Ormandy and Giving are busy professionals who both often work more than 60 hours a week, but they have all the time in the world for their low-waste mission.
“It’s about having as small of an impact on the planet as we can so it’s still here for us to enjoy,” said Ormandy, executive director of the Animals in Science Policy Institute, a Vancouver charity that provides education on alternatives to animal testing in Canada. Giving owns the wellness studio Tone Pilates in False Creek.
Compelled by dire news reports on the climate crisis and its effect on wildlife and marine life, they decided one way they could help save the planet was to produce less garbage.
“We’ve got an environmental problem here, which most people would agree with, and rapid consumerism is a part of that problem,” said Giving. “It just makes sense.”
Both were actively reducing waste before they met in 2014, but Ormandy admitted that Giving’s commitment to a low-waste lifestyle motivated her to be more “diligent.”
“Before I met Oliver … sometimes I’d give myself a free pass (when travelling). I would be like, ‘the infrastructure isn’t here, what am I going to do, take it back to Canada with me?’ And Oliver is like, ‘Yeah, we’re going to grab a little bag and we’re going to collect it.’”
After they moved in together, the couple noticed how little waste they were generating and, in 2016, started sharing photos with friends of their garbage. In three years, they generated just four shopping bags of unrecyclable and non-compostable waste.
It wasn’t what they eliminated that was fascinating, Ormandy said, but what ended up in the garbage bag, which is actually a plastic pouch that once held 50 grams of tea leaves.
In it, they collect plastic tags from bread bags, stickers from fruit, toothpaste tubes, dryer lint and dental floss — before they switched to compostable floss. Giving empties the pouch every two to four weeks into a larger plastic bag.
To reduce their environmental footprint, the couple make a lot of their own food like nut butters, chocolates, crackers, ghee, kombucha and salad dressing, which significantly reduces the food packaging they have to throw out or recycle. Ormandy also uses refillable containers to buy soap and herbs from zero-waste grocery stores and cloth bags to buy produce.
For years, the couple has kept a list of garbage-reduction strategies they share with friends who asked them for tips. They include avoiding impulse buys, using rags in place of paper towel, making household cleaners with vinegar, using “old-school” safety razors with thin disposable blades, and making their own deodorant, facial oil and body lotion.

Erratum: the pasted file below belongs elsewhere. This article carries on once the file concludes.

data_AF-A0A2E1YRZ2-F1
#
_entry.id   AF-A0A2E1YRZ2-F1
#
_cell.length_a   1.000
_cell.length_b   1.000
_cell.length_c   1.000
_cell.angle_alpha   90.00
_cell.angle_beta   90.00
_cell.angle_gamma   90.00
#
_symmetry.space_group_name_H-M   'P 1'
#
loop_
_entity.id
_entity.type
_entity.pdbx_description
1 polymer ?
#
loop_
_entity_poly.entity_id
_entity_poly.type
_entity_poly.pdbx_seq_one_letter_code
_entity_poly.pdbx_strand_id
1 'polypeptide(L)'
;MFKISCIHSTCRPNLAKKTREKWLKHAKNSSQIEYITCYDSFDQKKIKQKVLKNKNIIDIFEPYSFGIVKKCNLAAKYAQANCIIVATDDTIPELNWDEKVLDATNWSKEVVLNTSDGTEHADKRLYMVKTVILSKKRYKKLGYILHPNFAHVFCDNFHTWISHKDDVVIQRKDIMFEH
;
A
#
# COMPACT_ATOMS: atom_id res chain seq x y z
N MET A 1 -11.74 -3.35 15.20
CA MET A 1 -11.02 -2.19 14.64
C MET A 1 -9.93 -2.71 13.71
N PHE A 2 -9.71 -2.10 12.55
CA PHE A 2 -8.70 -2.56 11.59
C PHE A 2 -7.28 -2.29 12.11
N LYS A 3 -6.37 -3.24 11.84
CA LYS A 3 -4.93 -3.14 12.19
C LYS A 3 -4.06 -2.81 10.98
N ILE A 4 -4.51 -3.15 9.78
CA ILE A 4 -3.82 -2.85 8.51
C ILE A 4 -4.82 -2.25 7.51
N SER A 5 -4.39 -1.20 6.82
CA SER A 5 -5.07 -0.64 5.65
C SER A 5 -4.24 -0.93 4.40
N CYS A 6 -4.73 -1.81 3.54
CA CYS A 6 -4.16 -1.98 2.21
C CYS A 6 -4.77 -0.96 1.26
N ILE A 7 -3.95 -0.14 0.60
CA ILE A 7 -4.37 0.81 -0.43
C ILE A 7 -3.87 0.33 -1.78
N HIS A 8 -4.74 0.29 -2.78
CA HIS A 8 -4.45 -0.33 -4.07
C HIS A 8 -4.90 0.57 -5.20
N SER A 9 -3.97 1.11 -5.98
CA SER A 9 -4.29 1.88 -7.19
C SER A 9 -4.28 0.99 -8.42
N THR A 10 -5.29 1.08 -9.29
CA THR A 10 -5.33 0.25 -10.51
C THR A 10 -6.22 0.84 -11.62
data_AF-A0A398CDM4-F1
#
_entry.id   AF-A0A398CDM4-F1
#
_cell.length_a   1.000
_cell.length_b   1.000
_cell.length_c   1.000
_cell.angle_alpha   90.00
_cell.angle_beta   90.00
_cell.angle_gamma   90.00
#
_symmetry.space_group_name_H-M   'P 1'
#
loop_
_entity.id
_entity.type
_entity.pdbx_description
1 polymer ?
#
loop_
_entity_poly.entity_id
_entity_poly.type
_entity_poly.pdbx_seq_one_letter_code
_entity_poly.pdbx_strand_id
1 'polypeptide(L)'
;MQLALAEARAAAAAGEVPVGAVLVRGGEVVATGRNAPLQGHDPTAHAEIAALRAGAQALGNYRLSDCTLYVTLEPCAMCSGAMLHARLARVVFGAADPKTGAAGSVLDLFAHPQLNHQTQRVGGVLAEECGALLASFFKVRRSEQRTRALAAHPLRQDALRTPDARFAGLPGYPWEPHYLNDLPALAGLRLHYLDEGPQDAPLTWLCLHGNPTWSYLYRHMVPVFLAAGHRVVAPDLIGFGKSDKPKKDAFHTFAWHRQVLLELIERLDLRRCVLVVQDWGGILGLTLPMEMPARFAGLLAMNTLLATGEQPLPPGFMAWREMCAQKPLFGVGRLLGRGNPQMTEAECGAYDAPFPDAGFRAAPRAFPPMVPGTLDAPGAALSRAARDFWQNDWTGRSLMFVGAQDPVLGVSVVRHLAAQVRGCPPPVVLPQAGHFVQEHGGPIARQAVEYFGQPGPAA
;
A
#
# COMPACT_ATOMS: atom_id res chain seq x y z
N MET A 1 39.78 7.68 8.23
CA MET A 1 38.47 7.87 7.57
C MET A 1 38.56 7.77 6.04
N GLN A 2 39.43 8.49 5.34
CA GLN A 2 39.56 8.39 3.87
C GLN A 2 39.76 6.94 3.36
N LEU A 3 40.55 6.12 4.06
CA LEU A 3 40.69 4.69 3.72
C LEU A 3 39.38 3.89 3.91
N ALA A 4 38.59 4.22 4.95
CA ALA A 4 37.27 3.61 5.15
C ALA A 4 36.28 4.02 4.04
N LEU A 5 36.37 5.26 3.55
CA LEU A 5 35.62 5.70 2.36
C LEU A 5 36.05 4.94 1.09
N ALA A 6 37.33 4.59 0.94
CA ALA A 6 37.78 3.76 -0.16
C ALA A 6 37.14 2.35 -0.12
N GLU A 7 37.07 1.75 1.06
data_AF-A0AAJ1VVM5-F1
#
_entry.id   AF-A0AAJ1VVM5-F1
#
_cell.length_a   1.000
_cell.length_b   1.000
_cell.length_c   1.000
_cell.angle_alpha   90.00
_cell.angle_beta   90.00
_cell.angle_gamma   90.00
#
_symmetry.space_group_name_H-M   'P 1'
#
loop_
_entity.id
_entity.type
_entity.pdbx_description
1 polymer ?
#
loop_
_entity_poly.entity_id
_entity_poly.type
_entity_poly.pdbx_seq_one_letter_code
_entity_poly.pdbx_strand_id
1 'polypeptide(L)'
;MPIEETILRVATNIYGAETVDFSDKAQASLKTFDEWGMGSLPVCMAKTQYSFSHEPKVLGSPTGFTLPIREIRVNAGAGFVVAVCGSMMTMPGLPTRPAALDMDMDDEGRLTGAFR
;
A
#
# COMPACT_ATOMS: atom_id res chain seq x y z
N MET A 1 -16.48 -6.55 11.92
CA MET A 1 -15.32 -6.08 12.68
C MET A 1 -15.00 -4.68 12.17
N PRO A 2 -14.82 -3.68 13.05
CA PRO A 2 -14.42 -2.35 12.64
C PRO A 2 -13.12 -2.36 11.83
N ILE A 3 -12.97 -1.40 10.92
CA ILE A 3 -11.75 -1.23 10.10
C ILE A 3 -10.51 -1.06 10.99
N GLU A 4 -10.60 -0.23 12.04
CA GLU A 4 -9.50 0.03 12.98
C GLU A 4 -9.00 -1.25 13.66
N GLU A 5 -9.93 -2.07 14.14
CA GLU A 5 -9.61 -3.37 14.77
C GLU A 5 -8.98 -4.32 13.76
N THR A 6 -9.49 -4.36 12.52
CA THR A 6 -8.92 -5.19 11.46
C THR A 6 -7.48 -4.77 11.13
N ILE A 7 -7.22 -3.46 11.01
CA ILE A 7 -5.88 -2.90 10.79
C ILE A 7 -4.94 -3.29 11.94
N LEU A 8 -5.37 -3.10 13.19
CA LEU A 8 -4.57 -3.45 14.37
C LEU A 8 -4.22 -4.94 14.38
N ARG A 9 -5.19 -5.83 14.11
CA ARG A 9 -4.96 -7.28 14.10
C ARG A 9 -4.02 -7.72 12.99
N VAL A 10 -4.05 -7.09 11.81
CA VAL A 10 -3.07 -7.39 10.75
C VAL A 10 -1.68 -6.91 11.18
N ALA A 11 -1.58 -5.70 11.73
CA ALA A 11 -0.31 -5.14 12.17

“We’ve got systems in place in our house, and once you get those set up, it’s not really that much less convenient,” said Ormandy, who eats a vegan diet because of her concern for animal welfare.
“When it comes to plastics in the ocean, it’s devastating for the animals that die, because they eat microplastics because they think it’s food. It’s just heartbreaking that people don’t make that connection and then don’t alter their practices.”
Giving said he preaches the low-waste lifestyle when he sees fit, starting with his mom. He’s convinced her to compost more and give up plastic wrap.
“I’m not evangelistic about it at all. I don’t think pressuring people or guilt-tripping people into doing something that you think is right is a good strategy. So we just go with, ‘here’s what we’re doing, here’s some tips,’ and leave it at that.”
For the first time ever, Metro Vancouver studied the amount of single-use disposables generated by residents in 2018.
Using samples taken at waste-processing facilities, Karen Storry, the senior project engineer with the zero-waste team, concluded that 1.1 billion single-use items like cups, containers, plastic bags, straws and utensils were thrown out last year, the equivalent of 440 single-use items per person.
“When it comes to waste, we all need to do our part,” said Storry.
The zero-waste team devises programs and policies to reduce waste and increase recycling in Metro Vancouver, which encompasses 21 municipalities in the Lower Mainland.
Although businesses generate nearly half of single-use, disposable items, individual efforts can still make a dent in the 900,000-metric-tonne mountain of garbage produced in Metro Vancouver last year.
“Every time you recycle, every time you choose reusable over disposable, you’re making a difference,” said Storry. “And it’s hard to see because it’s just one action you’re doing, but if you do that every day, and if your friends do that, your family does that, then it starts to add up.”
In 2010, Vancouver established a goal of diverting 70 per cent of garbage from the landfill by 2015. Storry said there’s more work to be done, given that the municipalities currently have a 63 per cent diversion rate.
This month, when Ormandy and Giving snapped a photo of the four small bags of garbage they collected over three years, Ormandy still felt dissatisfied.
The next step is to minimize recycling and reduce their environmental footprint even more, possibly by moving into 200-square-foot tiny home, downsizing from their current 500-square-foot laneway house.
Ormandy insisted that if they can cut their waste so drastically, other people can make it work, too.
“We’re two regular people … and we still manage to do all of this, and so it’s not time consuming. It just requires maybe a mental shift for some people.”
Jenny Peng is a Vancouver-based reporter covering culture and business. Follow her on Twitter: @JennyPengNow